Investor engagement well
ahead of annual meetings has substantially increased
Proxy season kicked
off with a flurry of headlines this spring about investor revolts.
Shareholders in the United States loudly voted down
Citigroup chairman Vikram
Pandit’s $15 million pay package, and days later, investors on the
other side of the Atlantic forced Barclays’ chief executive to forego
£2.7 million in order to avert a similar public debacle at the
company’s pending annual meeting.
Soon after, Andrew Moss, chief executive of the British insurance
giant Aviva, resigned after 59 percent of investors rejected his
Perhaps the more telling indication of growing investor muscle,
however, is a story that may surprise many – the under-the-radar,
largely successful campaigns to win over investors by a handful of
companies that saw their pay packages go down in flames in 2011.
At least five
prominent major companies who became poster children for out-of-touch
executive pay last year garnered more than 90 percent support for new
pay packages from their shareholders in the early days of the 2012
proxy season – a stunning turnaround that appears to reflect
aggressive outreach to investors from companies previously viewed as
unwilling to compromise.
At the top of the list is
Umpqua Holdings, which saw its support rise from 35 percent to
more than 95 percent. Stanley
Black & Decker’s shareholder support rose from 39 percent to 94
percent, and Beazer Homes
saw its totals rise from 46 percent to 95 percent.
Even Jacobs Engineering
– the first company last year to have its plan voted down – came out
on top, its numbers rising from 54 percent opposed to 95 percent in
Ron Schneider, senior vice president at Phoenix Advisory Partners,
attributes a major part of the turnaround to aggressive post-meeting
investor outreach by all these companies.
‘The companies knew what the main drivers were and most had negative
proxy adviser recommendations,’ Schneider says. ‘They did a lot of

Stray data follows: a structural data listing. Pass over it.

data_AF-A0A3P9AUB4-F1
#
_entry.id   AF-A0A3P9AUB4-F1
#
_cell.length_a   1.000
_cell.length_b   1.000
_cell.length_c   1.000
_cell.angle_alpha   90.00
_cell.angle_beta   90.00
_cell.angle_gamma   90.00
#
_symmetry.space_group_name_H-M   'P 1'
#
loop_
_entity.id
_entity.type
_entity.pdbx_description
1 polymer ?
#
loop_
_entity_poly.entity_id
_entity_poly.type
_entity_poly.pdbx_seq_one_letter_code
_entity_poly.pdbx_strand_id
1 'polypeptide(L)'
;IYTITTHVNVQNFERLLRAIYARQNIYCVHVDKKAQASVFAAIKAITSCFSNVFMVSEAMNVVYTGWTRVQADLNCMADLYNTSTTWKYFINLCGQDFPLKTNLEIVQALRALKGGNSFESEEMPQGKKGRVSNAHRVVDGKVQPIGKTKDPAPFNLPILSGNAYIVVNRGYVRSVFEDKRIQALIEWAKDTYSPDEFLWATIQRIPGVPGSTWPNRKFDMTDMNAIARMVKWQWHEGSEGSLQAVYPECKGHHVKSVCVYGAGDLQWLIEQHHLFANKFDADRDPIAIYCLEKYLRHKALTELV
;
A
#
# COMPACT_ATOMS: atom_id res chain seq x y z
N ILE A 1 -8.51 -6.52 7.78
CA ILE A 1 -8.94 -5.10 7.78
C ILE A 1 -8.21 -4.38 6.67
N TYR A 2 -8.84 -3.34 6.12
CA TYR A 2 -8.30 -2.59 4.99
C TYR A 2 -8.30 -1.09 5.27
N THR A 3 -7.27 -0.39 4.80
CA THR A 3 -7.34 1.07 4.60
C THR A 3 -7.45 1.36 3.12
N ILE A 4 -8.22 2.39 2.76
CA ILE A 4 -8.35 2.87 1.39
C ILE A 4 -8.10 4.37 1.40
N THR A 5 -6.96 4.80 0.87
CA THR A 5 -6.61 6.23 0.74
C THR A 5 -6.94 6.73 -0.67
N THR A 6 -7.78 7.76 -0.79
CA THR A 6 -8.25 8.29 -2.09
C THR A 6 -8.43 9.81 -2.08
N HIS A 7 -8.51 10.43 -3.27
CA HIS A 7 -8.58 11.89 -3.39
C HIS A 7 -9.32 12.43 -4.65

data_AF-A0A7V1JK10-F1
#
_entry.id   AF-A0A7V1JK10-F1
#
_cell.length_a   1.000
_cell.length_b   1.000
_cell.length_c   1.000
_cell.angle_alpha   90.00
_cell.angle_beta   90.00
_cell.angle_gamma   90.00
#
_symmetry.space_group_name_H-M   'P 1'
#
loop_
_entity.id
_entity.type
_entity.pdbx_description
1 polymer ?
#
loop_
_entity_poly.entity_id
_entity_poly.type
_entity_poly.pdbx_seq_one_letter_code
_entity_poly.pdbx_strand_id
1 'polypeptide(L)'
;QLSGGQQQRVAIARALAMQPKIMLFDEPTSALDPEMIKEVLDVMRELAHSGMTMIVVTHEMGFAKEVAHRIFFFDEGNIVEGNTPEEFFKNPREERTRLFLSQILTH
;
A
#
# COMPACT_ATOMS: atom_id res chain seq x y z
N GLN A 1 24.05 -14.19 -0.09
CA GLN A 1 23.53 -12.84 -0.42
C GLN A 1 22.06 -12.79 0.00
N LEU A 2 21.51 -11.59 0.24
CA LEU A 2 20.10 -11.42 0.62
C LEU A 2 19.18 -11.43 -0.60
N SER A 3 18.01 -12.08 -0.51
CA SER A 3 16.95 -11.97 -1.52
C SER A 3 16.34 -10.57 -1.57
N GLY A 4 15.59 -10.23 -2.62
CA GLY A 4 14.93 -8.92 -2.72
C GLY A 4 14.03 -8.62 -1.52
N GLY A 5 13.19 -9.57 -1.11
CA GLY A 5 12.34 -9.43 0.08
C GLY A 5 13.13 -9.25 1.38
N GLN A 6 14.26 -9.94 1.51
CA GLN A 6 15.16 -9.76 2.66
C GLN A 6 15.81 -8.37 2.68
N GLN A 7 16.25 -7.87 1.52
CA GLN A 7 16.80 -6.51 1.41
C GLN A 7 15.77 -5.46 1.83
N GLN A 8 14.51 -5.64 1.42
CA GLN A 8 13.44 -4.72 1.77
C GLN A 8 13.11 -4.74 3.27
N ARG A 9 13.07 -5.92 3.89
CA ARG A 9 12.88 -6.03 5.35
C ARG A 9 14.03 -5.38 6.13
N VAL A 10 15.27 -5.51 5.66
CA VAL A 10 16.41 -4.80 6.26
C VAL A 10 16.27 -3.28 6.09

post-meeting engagement with investors to get an idea of their
concerns, and the results were very, very notable.’
Schneider says that Phoenix worked with Umpqua – which had the largest
percentage turnaround thus far for 2012 – for the first time in the
months leading up to Umpqua’s recent meeting.
This engagement reflects a larger trend. A number of observers say
they have noticed a significant uptick in outreach to shareholders
this year – efforts that, though difficult to quantify, may well be
unprecedented in size.
are seeing a lot of outreach even before the votes are cast,’ says Amy
Borrus, deputy director of the Council of Institutional Investors (CII).
‘I don’t have any numbers to point to, but it just feels that way,
more than before. Particularly on compensation, more companies are
engaging shareowners ahead of time. They are also trying to get ahead
of ISS recommendations. More are filing responses.’
Companies are ‘looking around at their peers’, says Schneider, and ‘if
they see somebody doing something innovative on disclosure and
clarity, they are adopting those methods. Best practices are emerging
and many companies are upping their game.’
Sanjay Shirodkar, of counsel at DLA Piper, agrees, noting that this
year many companies have begun ‘front-loading’ the discussion of